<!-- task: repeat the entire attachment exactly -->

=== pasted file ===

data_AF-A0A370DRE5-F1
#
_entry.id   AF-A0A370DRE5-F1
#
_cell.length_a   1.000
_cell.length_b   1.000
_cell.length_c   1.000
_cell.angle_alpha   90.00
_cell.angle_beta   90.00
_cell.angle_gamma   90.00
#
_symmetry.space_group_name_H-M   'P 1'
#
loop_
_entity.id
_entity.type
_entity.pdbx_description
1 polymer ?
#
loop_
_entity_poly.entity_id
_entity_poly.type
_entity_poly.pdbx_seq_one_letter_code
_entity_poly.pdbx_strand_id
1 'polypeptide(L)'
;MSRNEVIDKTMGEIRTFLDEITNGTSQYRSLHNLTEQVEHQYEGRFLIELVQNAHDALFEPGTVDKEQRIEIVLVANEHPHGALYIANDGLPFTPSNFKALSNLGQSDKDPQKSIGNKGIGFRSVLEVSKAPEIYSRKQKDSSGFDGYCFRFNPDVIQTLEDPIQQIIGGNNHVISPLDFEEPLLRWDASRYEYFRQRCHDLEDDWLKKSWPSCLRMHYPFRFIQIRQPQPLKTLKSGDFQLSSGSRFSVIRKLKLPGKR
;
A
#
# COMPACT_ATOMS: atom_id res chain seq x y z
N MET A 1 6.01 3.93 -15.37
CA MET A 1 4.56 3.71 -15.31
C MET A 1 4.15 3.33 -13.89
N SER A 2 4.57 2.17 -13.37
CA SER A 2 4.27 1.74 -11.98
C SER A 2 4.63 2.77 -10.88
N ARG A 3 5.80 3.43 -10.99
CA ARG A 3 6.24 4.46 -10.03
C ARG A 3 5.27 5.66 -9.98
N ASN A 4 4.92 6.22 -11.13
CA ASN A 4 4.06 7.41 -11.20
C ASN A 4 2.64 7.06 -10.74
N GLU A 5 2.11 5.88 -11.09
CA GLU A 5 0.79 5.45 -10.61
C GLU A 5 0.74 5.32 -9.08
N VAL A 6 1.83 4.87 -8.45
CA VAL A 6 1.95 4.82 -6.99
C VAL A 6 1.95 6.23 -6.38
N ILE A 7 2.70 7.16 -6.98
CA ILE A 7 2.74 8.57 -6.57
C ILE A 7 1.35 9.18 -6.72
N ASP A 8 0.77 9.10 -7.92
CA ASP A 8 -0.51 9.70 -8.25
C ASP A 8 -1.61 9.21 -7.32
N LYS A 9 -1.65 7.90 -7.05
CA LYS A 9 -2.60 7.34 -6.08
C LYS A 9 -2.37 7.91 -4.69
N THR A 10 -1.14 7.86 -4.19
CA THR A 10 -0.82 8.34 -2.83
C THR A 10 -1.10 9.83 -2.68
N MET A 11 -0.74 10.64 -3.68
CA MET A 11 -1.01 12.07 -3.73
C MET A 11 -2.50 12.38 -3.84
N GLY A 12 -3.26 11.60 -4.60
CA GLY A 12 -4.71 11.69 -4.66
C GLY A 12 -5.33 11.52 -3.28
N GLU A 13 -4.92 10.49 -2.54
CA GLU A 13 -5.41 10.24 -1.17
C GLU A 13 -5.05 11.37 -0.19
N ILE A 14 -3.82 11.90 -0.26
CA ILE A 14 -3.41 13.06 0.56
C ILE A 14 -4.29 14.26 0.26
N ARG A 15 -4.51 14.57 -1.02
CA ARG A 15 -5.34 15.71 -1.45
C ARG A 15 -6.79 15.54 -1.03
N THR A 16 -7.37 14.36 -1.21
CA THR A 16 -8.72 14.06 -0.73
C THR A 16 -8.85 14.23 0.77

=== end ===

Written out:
data_AF-A0A370DRE5-F1
#
_entry.id   AF-A0A370DRE5-F1
#
_cell.length_a   1.000
_cell.length_b   1.000
_cell.length_c   1.000
_cell.angle_alpha   90.00
_cell.angle_beta   90.00
_cell.angle_gamma   90.00
#
_symmetry.space_group_name_H-M   'P 1'
#
loop_
_entity.id
_entity.type
_entity.pdbx_description
1 polymer ?
#
loop_
_entity_poly.entity_id
_entity_poly.type
_entity_poly.pdbx_seq_one_letter_code
_entity_poly.pdbx_strand_id
1 'polypeptide(L)'
;MSRNEVIDKTMGEIRTFLDEITNGTSQYRSLHNLTEQVEHQYEGRFLIELVQNAHDALFEPGTVDKEQRIEIVLVANEHPHGALYIANDGLPFTPSNFKALSNLGQSDKDPQKSIGNKGIGFRSVLEVSKAPEIYSRKQKDSSGFDGYCFRFNPDVIQTLEDPIQQIIGGNNHVISPLDFEEPLLRWDASRYEYFRQRCHDLEDDWLKKSWPSCLRMHYPFRFIQIRQPQPLKTLKSGDFQLSSGSRFSVIRKLKLPGKR
;
A
#
# COMPACT_ATOMS: atom_id res chain seq x y z
N MET A 1 6.01 3.93 -15.37
CA MET A 1 4.56 3.71 -15.31
C MET A 1 4.15 3.33 -13.89
N SER A 2 4.57 2.17 -13.37
CA SER A 2 4.27 1.74 -11.98
C SER A 2 4.63 2.77 -10.88
N ARG A 3 5.80 3.43 -10.99
CA ARG A 3 6.24 4.46 -10.03
C ARG A 3 5.27 5.66 -9.98
N ASN A 4 4.92 6.22 -11.13
CA ASN A 4 4.06 7.41 -11.20
C ASN A 4 2.64 7.06 -10.74
N GLU A 5 2.11 5.88 -11.09
CA GLU A 5 0.79 5.45 -10.61
C GLU A 5 0.74 5.32 -9.08
N VAL A 6 1.83 4.87 -8.45
CA VAL A 6 1.95 4.82 -6.99
C VAL A 6 1.95 6.23 -6.38
N ILE A 7 2.70 7.16 -6.98
CA ILE A 7 2.74 8.57 -6.57
C ILE A 7 1.35 9.18 -6.72
N ASP A 8 0.77 9.10 -7.92
CA ASP A 8 -0.51 9.70 -8.25
C ASP A 8 -1.61 9.21 -7.32
N LYS A 9 -1.65 7.90 -7.05
CA LYS A 9 -2.60 7.34 -6.08
C LYS A 9 -2.37 7.91 -4.69
N THR A 10 -1.14 7.86 -4.19
CA THR A 10 -0.82 8.34 -2.83
C THR A 10 -1.10 9.83 -2.68
N MET A 11 -0.74 10.64 -3.68
CA MET A 11 -1.01 12.07 -3.73
C MET A 11 -2.50 12.38 -3.84
N GLY A 12 -3.26 11.60 -4.60
CA GLY A 12 -4.71 11.69 -4.66
C GLY A 12 -5.33 11.52 -3.28
N GLU A 13 -4.92 10.49 -2.54
CA GLU A 13 -5.41 10.24 -1.17
C GLU A 13 -5.05 11.37 -0.19
N ILE A 14 -3.82 11.90 -0.26
CA ILE A 14 -3.41 13.06 0.56
C ILE A 14 -4.29 14.26 0.26
N ARG A 15 -4.51 14.57 -1.02
CA ARG A 15 -5.34 15.71 -1.45
C ARG A 15 -6.79 15.54 -1.03
N THR A 16 -7.37 14.36 -1.21
CA THR A 16 -8.72 14.06 -0.73
C THR A 16 -8.85 14.23 0.77